An executive chef job description will call for someone who has several years of experience. Most of them have worked in the industry for over 20 years before they obtain their position. Working in a restaurant kitchen is an intense and stressful experience. Executive chefs need to be intimately aware of this environment so that they can effectively manage the kitchen employees. The food service industry typically promotes from within. Thus, executive chefs could begin their career as a line cook at the same restaurant that they become the executive chef.
It is very common for executive chefs to participate in an apprenticeship program. These programs are two years long. During the program, the apprentice will complete 1,000 hours of in-class instruction and 1,000 hours of paid time in the kitchen.
The work schedule in the executive chef job description is demanding and not flexible. They will have to work in the morning, during restaurant hours, in the evening, on weekends, and on holidays. They do not spend all of their time cooking. Instead, they spend some time managing the business and establishing partnerships to purchase food.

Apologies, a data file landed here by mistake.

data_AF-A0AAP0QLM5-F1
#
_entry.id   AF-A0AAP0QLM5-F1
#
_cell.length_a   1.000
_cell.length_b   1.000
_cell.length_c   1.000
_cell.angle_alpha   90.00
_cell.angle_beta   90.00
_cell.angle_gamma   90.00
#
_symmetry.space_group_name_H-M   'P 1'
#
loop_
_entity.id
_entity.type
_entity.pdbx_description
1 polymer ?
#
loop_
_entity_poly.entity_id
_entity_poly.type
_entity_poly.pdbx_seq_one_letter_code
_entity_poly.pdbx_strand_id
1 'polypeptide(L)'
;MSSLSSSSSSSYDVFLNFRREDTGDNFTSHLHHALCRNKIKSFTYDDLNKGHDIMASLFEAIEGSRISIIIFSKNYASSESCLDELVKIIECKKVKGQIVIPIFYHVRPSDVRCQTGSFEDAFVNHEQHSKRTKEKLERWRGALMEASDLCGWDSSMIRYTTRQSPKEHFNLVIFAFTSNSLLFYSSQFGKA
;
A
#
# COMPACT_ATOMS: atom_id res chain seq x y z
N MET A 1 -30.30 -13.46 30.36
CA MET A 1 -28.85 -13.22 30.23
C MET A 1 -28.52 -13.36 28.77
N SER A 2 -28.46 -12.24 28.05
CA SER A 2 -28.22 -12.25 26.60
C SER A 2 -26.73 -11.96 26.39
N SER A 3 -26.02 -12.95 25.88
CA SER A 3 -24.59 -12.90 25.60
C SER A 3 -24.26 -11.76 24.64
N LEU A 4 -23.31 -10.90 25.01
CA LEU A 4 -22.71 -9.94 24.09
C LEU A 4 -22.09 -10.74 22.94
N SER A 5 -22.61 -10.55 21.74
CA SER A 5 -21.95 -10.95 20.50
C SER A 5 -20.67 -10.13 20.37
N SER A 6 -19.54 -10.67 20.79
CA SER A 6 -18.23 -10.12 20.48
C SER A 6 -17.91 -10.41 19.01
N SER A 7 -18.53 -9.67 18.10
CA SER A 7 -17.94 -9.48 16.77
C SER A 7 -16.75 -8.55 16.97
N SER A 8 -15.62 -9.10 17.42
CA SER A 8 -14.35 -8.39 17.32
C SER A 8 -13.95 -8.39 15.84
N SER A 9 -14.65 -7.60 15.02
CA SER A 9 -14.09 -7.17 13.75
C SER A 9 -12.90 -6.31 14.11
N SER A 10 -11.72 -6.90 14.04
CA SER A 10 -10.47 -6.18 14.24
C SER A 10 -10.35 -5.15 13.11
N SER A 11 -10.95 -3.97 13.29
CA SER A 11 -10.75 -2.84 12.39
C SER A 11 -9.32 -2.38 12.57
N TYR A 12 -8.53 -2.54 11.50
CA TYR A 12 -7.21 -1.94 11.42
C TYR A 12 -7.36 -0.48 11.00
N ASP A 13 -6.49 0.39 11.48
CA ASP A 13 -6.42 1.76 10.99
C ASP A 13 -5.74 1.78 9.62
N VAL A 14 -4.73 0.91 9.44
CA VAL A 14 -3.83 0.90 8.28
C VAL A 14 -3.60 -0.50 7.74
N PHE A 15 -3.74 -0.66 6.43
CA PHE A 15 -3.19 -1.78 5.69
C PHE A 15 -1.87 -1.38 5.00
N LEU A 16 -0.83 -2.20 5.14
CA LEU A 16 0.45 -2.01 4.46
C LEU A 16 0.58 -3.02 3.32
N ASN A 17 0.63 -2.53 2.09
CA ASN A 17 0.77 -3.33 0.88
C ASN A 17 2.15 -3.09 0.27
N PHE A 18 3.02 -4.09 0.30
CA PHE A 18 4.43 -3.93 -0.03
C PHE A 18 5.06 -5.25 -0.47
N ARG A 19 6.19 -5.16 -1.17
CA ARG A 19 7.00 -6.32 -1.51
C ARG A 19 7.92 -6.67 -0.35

It is very common for an executive chef to work more than 40 hours a week. Their work environment is potentially hazardous because of the risk of cutting oneself with a knife or burning oneself with a hot pan. Approximately 5 percent of executive chefs are self-employed. While these chefs set their own hours, they also have to take care of the business side of the job such as marketing to and billing clients.
The expected job growth for executive chefs is 9 percent through the year 2024. There is high turnover in the restaurant industry. This means that there may be more than anticipated job openings in certain areas. Their job growth depends on the economy. When people do not have dispensable income, one of the first things that gets eliminated is the eating out budget.
The job market will be very competitive in industries where the pay is highest, and the restaurant is of superior quality. According to an article in the Washington Post, executive chefs are drawn to work in the Las Vegas area. The median executive chef salary, according to StarChefs, is $75,596. In Las Vegas, the median wage is $85,000 a year. However, excellent chefs will draw a nice salary anywhere in the country. Hotels have more flexibility in how much they pay their executive chefs because their profit is not limited to restaurant sales.
An executive chef job description shows that they have to have a passion for cooking. The hours are long, and it takes an extensive amount of work experience to make it to the level of executive chef. However, the earning potential can increase significantly for a sought-after executive chef. The executive chef salary is relatively high at $75,596. However, this has to be put into perspective when considering it takes 20 years to achieve the role of executive chef.